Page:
Saturday, October 15, 2005
Negawatts is a term first coined by Amory Lovins of the Rocky Mountain Institute describing how the saving of small, almost trivial, amounts of power can have large knock-on effects.
A power company in the USA found that it was cheaper to distribute free low energy light bulbs to all their customers, than go to the expense of of renewing an ageing and inefficient power plant.
The plant was closed, the land sold and as a result the area was turned from a run down industrial wasteland into a new community - all for the sake of a few light bulbs.
A friend asked me this week about my solar water heating panel, and how much gas it was saving me in the summer months. I said that about 9kWh a day was saved in not keeping the boiler turned on having to heat the water. A good saving I thought.
He then asked me what my winter gas consumption had been from October through to March and I looked at my records and said about 95kWh per day average.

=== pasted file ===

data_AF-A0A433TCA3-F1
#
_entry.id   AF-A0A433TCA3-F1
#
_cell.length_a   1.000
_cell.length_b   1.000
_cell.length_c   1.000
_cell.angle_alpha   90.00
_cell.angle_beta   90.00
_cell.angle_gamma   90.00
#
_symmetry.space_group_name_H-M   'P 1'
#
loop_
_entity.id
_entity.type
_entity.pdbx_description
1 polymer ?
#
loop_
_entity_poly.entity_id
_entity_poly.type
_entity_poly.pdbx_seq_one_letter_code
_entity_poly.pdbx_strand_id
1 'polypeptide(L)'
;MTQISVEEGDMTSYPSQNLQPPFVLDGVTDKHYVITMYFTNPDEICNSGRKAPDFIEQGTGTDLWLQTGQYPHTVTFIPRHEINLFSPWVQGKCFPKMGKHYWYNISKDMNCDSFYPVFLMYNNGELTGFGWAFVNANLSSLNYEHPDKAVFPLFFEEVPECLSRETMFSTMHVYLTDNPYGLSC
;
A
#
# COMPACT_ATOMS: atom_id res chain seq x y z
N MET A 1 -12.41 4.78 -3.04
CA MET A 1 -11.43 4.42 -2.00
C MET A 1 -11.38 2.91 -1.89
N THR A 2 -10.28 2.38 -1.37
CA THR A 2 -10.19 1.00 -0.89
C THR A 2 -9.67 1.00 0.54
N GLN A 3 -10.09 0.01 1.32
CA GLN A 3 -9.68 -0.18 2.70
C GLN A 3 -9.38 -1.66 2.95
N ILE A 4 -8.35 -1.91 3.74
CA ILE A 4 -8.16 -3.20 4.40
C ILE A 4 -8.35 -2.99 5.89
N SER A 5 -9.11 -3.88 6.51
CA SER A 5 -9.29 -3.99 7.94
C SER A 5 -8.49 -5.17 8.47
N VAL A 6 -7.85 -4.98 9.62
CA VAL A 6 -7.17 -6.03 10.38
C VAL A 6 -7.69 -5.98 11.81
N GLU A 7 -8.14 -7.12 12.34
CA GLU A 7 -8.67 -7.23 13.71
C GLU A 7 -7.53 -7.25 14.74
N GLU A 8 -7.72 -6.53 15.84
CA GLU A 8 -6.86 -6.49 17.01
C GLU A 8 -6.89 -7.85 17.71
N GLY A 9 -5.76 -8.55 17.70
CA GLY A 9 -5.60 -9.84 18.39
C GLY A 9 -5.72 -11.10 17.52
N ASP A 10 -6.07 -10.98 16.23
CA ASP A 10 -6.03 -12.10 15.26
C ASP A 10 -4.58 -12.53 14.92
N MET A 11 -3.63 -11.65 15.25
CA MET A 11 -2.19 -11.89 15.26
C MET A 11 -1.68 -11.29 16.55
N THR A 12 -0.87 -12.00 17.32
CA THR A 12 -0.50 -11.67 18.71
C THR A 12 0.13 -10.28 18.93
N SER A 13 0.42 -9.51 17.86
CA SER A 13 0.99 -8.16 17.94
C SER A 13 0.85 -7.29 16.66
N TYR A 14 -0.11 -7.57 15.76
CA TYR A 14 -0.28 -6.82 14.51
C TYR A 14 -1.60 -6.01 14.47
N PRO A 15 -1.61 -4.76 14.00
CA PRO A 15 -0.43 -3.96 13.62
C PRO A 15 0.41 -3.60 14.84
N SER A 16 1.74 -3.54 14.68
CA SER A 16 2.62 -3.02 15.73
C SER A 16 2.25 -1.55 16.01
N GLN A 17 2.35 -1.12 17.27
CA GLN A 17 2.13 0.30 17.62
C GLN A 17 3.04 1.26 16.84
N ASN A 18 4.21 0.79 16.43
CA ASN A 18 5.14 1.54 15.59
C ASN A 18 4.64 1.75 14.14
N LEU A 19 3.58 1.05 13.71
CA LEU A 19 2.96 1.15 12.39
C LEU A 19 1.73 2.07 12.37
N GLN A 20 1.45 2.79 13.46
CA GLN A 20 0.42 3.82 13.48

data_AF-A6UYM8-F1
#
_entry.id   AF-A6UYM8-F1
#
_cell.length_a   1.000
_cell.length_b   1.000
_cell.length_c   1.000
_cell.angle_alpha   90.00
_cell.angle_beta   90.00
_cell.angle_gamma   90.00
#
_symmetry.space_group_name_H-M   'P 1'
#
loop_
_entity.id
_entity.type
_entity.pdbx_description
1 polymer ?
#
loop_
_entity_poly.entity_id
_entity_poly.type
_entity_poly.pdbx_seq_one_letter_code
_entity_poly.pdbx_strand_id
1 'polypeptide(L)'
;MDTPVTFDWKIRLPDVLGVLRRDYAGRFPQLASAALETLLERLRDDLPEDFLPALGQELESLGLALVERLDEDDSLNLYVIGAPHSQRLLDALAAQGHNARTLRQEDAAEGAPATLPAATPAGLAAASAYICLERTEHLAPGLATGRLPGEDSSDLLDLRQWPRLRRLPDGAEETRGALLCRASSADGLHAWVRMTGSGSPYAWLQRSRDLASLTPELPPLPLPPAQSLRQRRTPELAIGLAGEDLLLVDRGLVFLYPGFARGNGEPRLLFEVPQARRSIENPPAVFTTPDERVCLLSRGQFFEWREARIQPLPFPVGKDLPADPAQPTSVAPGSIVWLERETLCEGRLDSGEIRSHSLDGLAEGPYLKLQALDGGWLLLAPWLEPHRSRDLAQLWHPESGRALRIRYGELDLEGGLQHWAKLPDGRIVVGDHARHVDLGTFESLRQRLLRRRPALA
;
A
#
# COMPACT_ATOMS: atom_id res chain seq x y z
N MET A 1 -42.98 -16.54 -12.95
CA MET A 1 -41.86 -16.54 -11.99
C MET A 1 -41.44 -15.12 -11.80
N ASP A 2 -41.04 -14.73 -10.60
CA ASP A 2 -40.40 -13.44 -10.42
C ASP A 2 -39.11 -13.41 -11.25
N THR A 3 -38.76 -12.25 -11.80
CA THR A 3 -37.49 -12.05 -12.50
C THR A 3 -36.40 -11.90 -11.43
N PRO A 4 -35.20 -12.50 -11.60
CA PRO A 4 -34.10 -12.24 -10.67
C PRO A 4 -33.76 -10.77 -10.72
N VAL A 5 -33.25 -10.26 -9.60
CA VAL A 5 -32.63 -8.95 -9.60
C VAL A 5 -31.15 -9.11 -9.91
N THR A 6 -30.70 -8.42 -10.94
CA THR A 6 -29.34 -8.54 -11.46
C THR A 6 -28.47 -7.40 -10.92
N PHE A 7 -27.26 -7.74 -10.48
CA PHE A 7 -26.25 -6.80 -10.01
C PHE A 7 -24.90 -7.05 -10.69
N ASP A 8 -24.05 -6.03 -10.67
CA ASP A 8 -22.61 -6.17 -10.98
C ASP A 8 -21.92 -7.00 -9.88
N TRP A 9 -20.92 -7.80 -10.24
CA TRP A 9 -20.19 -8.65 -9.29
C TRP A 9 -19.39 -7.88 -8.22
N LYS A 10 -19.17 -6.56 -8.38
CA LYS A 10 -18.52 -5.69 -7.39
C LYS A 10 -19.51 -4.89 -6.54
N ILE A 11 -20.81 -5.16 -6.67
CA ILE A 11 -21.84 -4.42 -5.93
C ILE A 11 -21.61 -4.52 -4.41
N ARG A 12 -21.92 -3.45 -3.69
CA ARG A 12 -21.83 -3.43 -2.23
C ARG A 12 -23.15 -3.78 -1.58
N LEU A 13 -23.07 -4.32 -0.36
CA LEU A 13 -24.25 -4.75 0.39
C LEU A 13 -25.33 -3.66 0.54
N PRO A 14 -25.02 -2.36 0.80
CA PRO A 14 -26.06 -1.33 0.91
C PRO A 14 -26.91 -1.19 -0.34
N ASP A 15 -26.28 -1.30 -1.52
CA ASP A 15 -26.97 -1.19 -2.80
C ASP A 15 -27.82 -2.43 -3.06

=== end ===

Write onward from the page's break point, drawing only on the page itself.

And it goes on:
Well, he said, is it not easier and more acceptable for the average family to save just as much gas as you, by turning down thermostats and lagging tanks, rather that going to the extent of solar water heating? If they made just a 10% saving made during the winter months it would have the same offset effect as installing solar heating for use during the summer.
For once I had to agree, which just goes to show how if we all seek out those negawatts, a little change in the way we use our heating can go a long way to reducing the countries greenhouse emissions.